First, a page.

I'm organising a TidalCycles workshop end of this summer and I'm searching for a way how to easily install tidalcycles and the peripheral software on multiple laptops running on windows instead doing this all manually.
The "easy installation" problem is something @yaxu has been trying to solve for many years.
If the laptops are enterprise managed, then Microsoft's SCCM tool may be usable if you can get access to it (highly unlikely though I expect)
I'm in the process of building a deployment playbook for ansible, but this is only for linux at this stage.
Ansible does run on windows, but is relatively fiddly to setup iirc so it may be just as much work configuring ansible to run as it is to configure tidalcycles, not to mention writiing and debugging the ansible config.
If the laptops have Windows Subsystem for Linux (WSL) available, then you may be able to leverage my ansible scripts, but that has failed for a previous user and will probably require a little refactoring
I actually think your best bet in terms of workload reduction, is to use a livecd/usb boot image of something like ubuntu studio (realtime kernel permissions out of the box, jackd configured out of the box), apply my ansible script against it and run it temporarily - this is of no use to your students who may want to run it at home (depending on what OS they're using) though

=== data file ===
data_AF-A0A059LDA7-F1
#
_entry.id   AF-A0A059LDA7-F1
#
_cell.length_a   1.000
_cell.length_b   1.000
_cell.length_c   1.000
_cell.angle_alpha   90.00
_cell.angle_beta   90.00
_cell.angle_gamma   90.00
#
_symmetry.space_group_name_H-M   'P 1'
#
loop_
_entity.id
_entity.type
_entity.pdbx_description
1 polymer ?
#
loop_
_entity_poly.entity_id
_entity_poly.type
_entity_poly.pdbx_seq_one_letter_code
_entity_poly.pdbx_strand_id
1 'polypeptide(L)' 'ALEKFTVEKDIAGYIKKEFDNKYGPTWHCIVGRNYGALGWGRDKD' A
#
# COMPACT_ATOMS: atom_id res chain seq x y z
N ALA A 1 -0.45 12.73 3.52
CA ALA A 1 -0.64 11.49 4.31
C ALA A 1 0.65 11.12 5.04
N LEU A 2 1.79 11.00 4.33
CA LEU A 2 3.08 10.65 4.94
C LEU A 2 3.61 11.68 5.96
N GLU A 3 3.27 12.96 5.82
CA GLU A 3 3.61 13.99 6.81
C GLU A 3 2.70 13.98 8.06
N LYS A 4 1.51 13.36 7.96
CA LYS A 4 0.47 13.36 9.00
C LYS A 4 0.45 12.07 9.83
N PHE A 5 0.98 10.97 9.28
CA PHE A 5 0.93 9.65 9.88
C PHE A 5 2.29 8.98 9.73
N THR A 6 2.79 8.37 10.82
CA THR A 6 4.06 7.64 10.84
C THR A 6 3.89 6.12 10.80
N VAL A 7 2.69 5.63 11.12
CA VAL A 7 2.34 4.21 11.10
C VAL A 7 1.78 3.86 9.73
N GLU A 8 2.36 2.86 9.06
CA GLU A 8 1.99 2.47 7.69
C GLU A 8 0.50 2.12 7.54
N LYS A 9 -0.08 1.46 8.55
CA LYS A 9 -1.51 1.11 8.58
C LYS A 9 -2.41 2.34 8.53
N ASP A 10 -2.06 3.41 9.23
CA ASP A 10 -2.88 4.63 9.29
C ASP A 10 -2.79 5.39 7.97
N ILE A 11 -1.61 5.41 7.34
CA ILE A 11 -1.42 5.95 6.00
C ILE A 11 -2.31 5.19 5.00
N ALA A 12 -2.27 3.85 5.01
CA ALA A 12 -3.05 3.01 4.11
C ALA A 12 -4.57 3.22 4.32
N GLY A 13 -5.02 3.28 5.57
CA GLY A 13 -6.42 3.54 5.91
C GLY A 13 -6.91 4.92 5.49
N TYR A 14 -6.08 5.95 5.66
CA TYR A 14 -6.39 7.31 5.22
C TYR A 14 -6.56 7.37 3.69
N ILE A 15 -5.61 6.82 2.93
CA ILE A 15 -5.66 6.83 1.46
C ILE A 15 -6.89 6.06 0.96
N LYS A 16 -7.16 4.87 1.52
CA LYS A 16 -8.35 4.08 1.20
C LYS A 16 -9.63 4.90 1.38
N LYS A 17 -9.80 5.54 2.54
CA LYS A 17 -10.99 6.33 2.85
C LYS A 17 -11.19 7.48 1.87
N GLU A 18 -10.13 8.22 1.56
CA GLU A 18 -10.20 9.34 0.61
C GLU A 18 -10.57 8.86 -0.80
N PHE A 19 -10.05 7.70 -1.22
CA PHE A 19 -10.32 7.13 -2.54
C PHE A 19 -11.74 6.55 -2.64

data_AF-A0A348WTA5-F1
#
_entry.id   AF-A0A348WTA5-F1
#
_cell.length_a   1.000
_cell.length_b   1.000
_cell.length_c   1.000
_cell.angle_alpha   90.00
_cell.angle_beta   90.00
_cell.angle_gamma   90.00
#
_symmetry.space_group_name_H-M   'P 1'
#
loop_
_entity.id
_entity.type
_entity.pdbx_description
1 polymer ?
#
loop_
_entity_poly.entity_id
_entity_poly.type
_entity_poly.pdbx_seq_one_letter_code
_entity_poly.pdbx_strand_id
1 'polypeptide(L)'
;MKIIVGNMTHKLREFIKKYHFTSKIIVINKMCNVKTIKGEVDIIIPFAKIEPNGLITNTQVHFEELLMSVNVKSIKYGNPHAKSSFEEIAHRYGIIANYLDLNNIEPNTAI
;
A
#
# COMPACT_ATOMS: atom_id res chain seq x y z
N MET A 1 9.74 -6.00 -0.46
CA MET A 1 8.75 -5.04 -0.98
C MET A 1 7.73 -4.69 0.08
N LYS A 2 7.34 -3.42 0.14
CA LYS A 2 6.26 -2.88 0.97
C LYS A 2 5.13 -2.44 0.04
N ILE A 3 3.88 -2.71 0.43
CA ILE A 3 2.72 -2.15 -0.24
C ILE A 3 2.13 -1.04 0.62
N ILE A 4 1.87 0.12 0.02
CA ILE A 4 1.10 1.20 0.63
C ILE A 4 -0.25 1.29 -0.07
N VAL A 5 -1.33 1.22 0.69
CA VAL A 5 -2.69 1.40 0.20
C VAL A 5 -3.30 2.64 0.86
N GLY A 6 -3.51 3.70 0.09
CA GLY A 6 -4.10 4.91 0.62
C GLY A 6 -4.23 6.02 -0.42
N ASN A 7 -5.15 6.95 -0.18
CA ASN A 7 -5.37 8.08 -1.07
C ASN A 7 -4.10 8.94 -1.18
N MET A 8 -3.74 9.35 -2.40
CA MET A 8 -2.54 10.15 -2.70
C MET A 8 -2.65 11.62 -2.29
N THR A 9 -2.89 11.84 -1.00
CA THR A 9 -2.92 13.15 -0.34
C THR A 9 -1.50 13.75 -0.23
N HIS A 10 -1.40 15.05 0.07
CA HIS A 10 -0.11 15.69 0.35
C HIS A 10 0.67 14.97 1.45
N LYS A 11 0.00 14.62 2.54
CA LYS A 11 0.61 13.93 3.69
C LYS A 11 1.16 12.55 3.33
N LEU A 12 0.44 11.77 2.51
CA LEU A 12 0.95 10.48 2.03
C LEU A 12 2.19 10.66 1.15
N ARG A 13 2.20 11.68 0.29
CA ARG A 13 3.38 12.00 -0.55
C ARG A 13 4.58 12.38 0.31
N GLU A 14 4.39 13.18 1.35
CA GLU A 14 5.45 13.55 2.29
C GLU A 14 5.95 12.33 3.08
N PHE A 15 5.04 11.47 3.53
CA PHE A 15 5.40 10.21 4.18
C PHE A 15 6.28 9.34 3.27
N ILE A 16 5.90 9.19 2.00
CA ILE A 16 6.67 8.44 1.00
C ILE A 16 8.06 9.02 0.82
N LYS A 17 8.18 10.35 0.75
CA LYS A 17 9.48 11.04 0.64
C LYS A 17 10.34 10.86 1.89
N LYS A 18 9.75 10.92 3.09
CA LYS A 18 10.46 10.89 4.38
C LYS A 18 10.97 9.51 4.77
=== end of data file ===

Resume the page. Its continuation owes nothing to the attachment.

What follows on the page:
(not a serious suggestion) If you can build a foolproof set of install instructions for windows, allocate time to getting your students to install it themselves
I don't know what your precise needs are, so this might not be the good solution for you, but have you considered using https://estuary.mcmaster.ca/ ? It's web-based, so no installation, and it allows to work in solo or collaboratively. I gave a few workshops using it and it worked fine.
Thanks for this great answer! There is a possibility that I could access the SCCM tool, so that would be great indeed.
I don't even know yet what laptops I'll be getting for the workshop, but as th4 mentioned below, estuary seems like a very viable option. It's an entry level workshop, so having that option that participants can code together or alone and even looking at the other person's code could be very nice. I'll come back to this thread once I know more about the concerning laptops.